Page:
Tit-For-Tat is a Fabulous Collaboration Tool

tit-for-tat Practice tit-for-tat to make collaborators aware of their responsibility for the relationship.

There are two rules to tit-for-tat:

  1. always cooperate on your first interaction with someone
  2. on each successive interaction, follow the other person’s lead.

Tit-for-tat is a workable, proven formula for increasing cooperation under competitive conditions.

Derived from game theory, computer science, and evolutionary psychology, tit-for-tat is

  • the simplest and most straightforward strategy for maximizing the potential of the relationship for each party
  • and for getting out of a relationship quickly if the actions of other party puts you at risk of losing.

If the other party follows the same strategy, both of you will make trusting opening moves when the relationship begins. Then each successive interaction will be one of trust, mutual support, and collaboration, and neither party will defect on the other.

If the other party does not cooperate with you (i.e. breaks an agreement or takes advantage of you), then your next move will be to refuse to cooperate with them.

Tit-for-tat can be an effective way of building a relationship in the following ways:

In a new relationship, always be willing to make a contribution to the team that will not leave you feeling at risk if not matched by others. Then do what you said you’d do and see if the other team members make similar contributions. If they do, then tit-for-tat rules suggest you keep making contributions to the team. If they don’t contribute, then tit-for-tat rules suggest you should reconsider your original contributions.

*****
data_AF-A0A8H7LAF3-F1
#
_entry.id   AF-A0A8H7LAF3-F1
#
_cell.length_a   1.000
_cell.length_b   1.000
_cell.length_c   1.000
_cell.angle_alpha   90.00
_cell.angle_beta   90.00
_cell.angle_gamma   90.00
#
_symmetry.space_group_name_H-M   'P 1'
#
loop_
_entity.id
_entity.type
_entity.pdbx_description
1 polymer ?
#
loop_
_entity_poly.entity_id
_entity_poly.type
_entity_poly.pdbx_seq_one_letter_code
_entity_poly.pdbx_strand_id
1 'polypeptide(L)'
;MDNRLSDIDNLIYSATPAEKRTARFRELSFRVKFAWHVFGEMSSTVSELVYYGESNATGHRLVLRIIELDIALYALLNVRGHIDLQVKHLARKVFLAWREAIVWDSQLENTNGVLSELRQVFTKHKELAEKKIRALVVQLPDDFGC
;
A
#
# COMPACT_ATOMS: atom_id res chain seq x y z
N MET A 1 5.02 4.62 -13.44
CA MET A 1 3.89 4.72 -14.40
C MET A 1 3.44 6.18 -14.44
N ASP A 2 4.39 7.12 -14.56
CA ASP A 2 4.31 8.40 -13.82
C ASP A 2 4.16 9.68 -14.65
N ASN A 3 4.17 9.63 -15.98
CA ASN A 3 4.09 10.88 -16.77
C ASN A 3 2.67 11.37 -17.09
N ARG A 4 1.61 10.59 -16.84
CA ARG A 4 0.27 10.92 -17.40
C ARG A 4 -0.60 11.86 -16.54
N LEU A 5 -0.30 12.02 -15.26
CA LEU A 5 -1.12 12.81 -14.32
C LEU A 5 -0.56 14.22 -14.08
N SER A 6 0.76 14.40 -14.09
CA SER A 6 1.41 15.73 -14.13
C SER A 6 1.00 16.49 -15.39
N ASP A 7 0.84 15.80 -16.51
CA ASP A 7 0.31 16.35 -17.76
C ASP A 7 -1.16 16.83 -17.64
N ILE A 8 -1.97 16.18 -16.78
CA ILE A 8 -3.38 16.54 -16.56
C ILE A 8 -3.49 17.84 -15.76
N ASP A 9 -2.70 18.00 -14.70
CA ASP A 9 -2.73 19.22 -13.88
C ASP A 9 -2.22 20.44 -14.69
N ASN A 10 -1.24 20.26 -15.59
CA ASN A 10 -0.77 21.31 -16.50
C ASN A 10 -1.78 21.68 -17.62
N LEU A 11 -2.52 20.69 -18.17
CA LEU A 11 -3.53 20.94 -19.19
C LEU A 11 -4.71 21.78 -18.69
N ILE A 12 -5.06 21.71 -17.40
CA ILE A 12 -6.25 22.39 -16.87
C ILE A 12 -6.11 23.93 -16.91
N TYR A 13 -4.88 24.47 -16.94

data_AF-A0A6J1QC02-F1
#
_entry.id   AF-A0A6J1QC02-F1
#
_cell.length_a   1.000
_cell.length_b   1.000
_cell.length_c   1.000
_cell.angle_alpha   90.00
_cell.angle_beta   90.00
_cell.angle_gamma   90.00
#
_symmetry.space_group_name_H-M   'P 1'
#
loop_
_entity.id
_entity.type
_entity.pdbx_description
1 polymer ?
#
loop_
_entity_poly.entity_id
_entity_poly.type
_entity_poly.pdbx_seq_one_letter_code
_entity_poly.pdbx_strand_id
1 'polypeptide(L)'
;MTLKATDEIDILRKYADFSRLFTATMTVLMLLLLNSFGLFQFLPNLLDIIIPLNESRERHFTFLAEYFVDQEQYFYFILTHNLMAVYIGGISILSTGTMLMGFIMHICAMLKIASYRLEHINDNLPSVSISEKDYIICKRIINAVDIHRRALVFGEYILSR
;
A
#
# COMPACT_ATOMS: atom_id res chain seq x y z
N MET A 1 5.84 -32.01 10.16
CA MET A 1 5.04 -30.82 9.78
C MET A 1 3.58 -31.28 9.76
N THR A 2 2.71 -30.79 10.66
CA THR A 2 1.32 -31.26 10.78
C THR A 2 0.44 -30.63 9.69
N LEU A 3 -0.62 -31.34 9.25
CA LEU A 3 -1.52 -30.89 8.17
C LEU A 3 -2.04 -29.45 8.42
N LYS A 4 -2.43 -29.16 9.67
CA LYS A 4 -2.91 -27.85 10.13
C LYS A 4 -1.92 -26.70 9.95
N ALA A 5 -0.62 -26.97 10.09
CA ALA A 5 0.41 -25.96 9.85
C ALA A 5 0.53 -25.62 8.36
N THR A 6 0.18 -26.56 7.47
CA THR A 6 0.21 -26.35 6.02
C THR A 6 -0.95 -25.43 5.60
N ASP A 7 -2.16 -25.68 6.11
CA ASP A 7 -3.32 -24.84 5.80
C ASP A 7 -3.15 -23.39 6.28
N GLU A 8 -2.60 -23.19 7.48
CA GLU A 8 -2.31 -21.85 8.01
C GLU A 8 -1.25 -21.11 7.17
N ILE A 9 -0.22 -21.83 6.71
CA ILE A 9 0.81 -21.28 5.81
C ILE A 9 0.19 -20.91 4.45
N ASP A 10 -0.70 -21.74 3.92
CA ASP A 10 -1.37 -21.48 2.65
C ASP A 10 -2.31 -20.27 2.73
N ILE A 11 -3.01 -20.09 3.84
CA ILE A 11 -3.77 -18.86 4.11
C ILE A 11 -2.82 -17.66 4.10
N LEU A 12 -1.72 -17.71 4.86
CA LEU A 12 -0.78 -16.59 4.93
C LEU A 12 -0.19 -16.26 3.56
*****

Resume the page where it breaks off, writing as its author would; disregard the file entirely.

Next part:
When you choose to remain “locked into” a relationship (like staying in a job that requires you to work with others), make sure the other parties understand that

  1. you will never defect on them
  2. they can be in charge of the quality of the relationship: if they support you, you will support them; if they defect on you, you will withdraw your support from them.

Make sure to follow through.

Do not tolerate defection — but don’t be overly punitive or self-righteous either. Getting even is not a move in tit-for-tat. When you match the other party’s defection, always do so with equal or lesser force. If you match the other person’s defection with greater force, the other party is likely to take your move as a signal to escalate.

What about compassion and second chances?

Advanced research on tit-for-tat says that the best strategy is to forgive a defection on occasion and chalk it up to unclear thinking. In this case, talk to the other party and tell them your intention to cooperate with them if they will cooperate with you too. Then make another contribution (even though they defected on you on the last move). This is often a turnaround strategy.

Get Started With This 5-Minute Practice Tip

Think of a relationship in which

  • defections sometimes occur and often turn into escalations
  • you are committed to increasing collaboration.

Then adopting compassionate tit-for-tat as your own strategy. As you think things through, consider what you need to change about your own behavior to make this strategy viable.

Leaders and coaches: Get Christopher’s best team building and leadership strategies collected over two-plus decades of solving teamwork problems for smart people. Get this FREE Special Report while it lasts: The Five Flawless Steps to Building a Strong Executive Leadership Team.

Christopher Avery, PhD, is a recognized authority on how individual and shared responsibility works in the mind and an advisor to leaders worldwide.

Posted in Leadership on 06/30/2014 07:00 am
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